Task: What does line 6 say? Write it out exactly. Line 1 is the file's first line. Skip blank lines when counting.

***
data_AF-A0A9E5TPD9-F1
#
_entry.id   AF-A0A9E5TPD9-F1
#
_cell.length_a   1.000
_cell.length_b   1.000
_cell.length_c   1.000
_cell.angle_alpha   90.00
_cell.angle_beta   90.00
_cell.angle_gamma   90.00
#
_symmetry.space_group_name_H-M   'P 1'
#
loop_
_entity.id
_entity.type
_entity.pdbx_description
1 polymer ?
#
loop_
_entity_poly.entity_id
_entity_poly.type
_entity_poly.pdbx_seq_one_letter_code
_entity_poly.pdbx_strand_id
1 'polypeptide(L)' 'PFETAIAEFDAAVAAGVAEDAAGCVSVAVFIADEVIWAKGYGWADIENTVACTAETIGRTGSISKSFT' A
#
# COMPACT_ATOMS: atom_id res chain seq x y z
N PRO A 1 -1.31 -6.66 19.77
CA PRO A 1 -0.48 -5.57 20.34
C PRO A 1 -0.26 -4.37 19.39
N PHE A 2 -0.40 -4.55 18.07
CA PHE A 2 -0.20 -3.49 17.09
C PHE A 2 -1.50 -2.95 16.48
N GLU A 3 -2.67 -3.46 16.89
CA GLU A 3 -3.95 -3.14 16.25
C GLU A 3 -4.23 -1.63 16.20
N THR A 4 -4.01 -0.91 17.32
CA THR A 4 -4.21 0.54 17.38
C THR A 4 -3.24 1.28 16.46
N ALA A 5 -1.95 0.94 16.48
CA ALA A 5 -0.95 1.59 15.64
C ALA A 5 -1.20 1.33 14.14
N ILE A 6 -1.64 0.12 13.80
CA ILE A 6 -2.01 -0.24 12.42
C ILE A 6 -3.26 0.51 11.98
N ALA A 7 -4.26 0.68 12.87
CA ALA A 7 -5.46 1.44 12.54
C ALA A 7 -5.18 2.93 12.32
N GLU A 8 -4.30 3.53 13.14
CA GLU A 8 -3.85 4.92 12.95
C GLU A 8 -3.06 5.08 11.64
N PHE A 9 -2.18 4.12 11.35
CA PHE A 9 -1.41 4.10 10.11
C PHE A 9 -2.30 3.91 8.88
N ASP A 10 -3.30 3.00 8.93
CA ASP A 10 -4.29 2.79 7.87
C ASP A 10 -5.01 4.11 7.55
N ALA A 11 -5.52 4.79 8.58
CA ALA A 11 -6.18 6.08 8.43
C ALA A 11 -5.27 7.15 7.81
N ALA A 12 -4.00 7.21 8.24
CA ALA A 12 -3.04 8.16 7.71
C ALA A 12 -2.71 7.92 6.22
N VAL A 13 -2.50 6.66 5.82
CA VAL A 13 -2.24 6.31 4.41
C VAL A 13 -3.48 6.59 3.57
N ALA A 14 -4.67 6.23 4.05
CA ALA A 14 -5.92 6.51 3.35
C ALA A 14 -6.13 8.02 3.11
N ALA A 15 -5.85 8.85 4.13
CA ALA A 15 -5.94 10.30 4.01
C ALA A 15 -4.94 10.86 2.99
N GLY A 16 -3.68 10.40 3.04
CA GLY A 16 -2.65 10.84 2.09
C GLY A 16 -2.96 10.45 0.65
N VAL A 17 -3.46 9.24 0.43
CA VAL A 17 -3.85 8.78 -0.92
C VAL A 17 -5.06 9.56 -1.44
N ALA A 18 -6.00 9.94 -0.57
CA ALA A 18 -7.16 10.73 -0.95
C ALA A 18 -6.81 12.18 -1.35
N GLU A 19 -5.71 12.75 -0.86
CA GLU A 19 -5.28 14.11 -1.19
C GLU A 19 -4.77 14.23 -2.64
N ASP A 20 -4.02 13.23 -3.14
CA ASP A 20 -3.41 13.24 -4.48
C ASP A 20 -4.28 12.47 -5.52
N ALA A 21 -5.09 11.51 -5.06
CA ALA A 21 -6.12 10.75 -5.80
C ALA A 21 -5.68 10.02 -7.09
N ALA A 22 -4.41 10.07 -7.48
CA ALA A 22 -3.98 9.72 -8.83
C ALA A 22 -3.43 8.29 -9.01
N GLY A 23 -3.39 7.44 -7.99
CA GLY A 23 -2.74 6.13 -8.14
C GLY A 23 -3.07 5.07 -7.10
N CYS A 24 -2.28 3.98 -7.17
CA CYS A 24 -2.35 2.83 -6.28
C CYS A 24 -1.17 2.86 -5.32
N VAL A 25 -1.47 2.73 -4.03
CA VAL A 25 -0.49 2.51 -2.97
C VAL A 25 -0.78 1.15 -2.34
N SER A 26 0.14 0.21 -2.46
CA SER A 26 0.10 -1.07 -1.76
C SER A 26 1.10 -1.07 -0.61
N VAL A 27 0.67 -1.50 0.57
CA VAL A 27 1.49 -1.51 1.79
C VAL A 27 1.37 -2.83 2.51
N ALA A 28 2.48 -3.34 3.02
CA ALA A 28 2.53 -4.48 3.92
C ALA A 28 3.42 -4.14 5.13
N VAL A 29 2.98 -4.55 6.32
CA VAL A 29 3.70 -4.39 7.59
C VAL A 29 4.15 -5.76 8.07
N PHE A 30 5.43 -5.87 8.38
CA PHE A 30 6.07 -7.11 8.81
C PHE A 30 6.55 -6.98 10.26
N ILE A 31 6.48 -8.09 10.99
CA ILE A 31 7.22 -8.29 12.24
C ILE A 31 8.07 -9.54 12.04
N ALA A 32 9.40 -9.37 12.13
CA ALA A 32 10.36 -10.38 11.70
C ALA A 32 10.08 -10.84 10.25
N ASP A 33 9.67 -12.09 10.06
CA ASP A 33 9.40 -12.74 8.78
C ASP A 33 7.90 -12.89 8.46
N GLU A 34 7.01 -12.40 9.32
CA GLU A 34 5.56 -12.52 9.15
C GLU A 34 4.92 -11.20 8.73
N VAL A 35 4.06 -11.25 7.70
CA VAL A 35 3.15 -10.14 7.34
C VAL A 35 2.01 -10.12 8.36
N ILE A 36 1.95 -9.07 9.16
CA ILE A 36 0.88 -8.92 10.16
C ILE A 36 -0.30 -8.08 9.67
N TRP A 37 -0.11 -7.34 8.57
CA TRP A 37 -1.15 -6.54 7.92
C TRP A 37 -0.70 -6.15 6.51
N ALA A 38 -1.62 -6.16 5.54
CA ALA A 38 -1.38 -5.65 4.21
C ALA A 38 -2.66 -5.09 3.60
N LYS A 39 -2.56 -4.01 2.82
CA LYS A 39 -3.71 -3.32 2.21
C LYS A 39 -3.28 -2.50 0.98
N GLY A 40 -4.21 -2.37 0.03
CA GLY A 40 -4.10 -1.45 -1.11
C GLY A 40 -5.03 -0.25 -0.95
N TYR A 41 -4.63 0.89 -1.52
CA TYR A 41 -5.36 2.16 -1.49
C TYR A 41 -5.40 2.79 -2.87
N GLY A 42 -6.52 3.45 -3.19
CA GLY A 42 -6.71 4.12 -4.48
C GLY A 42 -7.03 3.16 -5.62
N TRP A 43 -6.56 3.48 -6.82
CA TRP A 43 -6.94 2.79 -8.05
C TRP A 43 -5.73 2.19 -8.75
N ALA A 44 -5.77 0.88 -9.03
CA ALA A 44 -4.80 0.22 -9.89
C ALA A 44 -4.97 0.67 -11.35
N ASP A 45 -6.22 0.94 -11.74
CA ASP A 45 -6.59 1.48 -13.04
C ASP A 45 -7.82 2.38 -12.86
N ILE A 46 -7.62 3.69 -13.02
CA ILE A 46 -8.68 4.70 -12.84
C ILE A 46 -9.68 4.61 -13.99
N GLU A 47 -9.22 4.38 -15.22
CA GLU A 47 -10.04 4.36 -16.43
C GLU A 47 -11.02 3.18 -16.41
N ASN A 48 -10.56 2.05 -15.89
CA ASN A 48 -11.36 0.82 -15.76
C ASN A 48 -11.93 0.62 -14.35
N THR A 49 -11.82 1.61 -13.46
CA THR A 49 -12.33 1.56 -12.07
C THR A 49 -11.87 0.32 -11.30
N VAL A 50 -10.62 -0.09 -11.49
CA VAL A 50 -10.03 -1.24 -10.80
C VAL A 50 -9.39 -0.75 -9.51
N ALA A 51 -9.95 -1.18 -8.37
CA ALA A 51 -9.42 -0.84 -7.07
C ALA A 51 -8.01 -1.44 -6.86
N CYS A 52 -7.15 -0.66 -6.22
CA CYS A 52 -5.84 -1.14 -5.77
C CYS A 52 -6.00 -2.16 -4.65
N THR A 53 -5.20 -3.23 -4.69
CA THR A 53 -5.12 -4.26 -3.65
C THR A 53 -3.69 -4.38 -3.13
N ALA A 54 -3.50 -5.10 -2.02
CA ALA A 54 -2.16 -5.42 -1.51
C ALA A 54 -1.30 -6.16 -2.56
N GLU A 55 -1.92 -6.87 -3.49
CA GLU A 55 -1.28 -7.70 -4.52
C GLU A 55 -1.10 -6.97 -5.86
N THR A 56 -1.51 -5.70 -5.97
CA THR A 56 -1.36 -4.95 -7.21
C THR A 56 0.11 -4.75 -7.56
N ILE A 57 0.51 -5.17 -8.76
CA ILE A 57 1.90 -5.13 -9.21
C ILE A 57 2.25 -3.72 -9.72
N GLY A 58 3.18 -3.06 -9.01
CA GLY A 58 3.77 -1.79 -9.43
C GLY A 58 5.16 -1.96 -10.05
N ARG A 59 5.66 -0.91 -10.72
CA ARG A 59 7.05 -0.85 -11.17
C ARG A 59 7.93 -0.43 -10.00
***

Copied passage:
_cell.length_b   1.000